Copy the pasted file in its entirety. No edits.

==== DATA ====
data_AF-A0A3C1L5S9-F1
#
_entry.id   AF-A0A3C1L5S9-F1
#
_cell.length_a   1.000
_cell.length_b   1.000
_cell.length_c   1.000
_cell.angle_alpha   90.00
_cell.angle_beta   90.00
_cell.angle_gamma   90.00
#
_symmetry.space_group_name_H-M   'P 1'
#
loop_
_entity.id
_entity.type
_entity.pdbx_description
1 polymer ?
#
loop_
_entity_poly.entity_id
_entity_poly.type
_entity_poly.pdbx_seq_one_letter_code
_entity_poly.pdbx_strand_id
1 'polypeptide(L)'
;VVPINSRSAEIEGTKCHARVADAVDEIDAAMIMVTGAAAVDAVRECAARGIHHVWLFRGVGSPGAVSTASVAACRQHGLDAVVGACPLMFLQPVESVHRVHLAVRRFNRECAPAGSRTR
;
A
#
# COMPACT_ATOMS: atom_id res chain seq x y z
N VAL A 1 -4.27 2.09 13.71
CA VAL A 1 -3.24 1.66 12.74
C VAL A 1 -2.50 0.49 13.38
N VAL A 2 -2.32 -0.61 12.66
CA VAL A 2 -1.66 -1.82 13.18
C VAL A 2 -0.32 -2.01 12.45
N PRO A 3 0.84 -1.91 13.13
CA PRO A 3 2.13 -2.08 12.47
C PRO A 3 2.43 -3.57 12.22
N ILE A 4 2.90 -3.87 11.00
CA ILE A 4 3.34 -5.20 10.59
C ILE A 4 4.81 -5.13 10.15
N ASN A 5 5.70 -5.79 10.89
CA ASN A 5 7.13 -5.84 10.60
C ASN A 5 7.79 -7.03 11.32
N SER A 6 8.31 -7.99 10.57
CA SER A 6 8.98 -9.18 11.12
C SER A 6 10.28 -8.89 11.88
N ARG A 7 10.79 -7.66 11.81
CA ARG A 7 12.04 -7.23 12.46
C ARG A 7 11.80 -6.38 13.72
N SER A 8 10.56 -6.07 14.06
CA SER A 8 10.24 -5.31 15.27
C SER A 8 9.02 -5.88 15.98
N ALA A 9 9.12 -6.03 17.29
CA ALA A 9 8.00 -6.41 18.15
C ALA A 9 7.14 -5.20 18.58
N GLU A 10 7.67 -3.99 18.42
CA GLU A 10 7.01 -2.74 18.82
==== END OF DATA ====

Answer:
data_AF-A0A3C1L5S9-F1
#
_entry.id   AF-A0A3C1L5S9-F1
#
_cell.length_a   1.000
_cell.length_b   1.000
_cell.length_c   1.000
_cell.angle_alpha   90.00
_cell.angle_beta   90.00
_cell.angle_gamma   90.00
#
_symmetry.space_group_name_H-M   'P 1'
#
loop_
_entity.id
_entity.type
_entity.pdbx_description
1 polymer ?
#
loop_
_entity_poly.entity_id
_entity_poly.type
_entity_poly.pdbx_seq_one_letter_code
_entity_poly.pdbx_strand_id
1 'polypeptide(L)'
;VVPINSRSAEIEGTKCHARVADAVDEIDAAMIMVTGAAAVDAVRECAARGIHHVWLFRGVGSPGAVSTASVAACRQHGLDAVVGACPLMFLQPVESVHRVHLAVRRFNRECAPAGSRTR
;
A
#
# COMPACT_ATOMS: atom_id res chain seq x y z
N VAL A 1 -4.27 2.09 13.71
CA VAL A 1 -3.24 1.66 12.74
C VAL A 1 -2.50 0.49 13.38
N VAL A 2 -2.32 -0.61 12.66
CA VAL A 2 -1.66 -1.82 13.18
C VAL A 2 -0.32 -2.01 12.45
N PRO A 3 0.84 -1.91 13.13
CA PRO A 3 2.13 -2.08 12.47
C PRO A 3 2.43 -3.57 12.22
N ILE A 4 2.90 -3.87 11.00
CA ILE A 4 3.34 -5.20 10.59
C ILE A 4 4.81 -5.13 10.15
N ASN A 5 5.70 -5.79 10.89
CA ASN A 5 7.13 -5.84 10.60
C ASN A 5 7.79 -7.03 11.32
N SER A 6 8.31 -7.99 10.57
CA SER A 6 8.98 -9.18 11.12
C SER A 6 10.28 -8.89 11.88
N ARG A 7 10.79 -7.66 11.81
CA ARG A 7 12.04 -7.23 12.46
C ARG A 7 11.80 -6.38 13.72
N SER A 8 10.56 -6.07 14.06
CA SER A 8 10.24 -5.31 15.27
C SER A 8 9.02 -5.88 15.98
N ALA A 9 9.12 -6.03 17.29
CA ALA A 9 8.00 -6.41 18.15
C ALA A 9 7.14 -5.20 18.58
N GLU A 10 7.67 -3.99 18.42
CA GLU A 10 7.01 -2.74 18.82